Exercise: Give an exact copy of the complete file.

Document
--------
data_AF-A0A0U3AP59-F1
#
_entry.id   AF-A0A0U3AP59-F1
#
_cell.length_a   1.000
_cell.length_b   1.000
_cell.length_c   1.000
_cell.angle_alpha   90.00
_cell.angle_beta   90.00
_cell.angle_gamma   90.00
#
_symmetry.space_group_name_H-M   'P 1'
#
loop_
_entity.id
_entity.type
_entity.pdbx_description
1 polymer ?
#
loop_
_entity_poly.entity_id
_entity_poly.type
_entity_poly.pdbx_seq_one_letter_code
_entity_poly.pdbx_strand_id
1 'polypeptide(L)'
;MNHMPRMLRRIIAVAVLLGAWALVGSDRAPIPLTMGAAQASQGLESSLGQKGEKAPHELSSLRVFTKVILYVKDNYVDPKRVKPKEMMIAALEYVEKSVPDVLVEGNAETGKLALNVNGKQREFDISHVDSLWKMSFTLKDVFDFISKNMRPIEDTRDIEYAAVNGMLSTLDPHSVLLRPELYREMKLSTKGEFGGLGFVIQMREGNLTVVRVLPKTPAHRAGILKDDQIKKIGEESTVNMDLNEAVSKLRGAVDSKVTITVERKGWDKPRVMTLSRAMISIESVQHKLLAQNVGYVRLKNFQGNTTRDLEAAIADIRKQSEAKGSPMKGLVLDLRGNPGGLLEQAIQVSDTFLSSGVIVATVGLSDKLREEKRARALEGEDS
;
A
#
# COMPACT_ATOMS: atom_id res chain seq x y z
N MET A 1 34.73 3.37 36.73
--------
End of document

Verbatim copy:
data_AF-A0A0U3AP59-F1
#
_entry.id   AF-A0A0U3AP59-F1
#
_cell.length_a   1.000
_cell.length_b   1.000
_cell.length_c   1.000
_cell.angle_alpha   90.00
_cell.angle_beta   90.00
_cell.angle_gamma   90.00
#
_symmetry.space_group_name_H-M   'P 1'
#
loop_
_entity.id
_entity.type
_entity.pdbx_description
1 polymer ?
#
loop_
_entity_poly.entity_id
_entity_poly.type
_entity_poly.pdbx_seq_one_letter_code
_entity_poly.pdbx_strand_id
1 'polypeptide(L)'
;MNHMPRMLRRIIAVAVLLGAWALVGSDRAPIPLTMGAAQASQGLESSLGQKGEKAPHELSSLRVFTKVILYVKDNYVDPKRVKPKEMMIAALEYVEKSVPDVLVEGNAETGKLALNVNGKQREFDISHVDSLWKMSFTLKDVFDFISKNMRPIEDTRDIEYAAVNGMLSTLDPHSVLLRPELYREMKLSTKGEFGGLGFVIQMREGNLTVVRVLPKTPAHRAGILKDDQIKKIGEESTVNMDLNEAVSKLRGAVDSKVTITVERKGWDKPRVMTLSRAMISIESVQHKLLAQNVGYVRLKNFQGNTTRDLEAAIADIRKQSEAKGSPMKGLVLDLRGNPGGLLEQAIQVSDTFLSSGVIVATVGLSDKLREEKRARALEGEDS
;
A
#
# COMPACT_ATOMS: atom_id res chain seq x y z
N MET A 1 34.73 3.37 36.73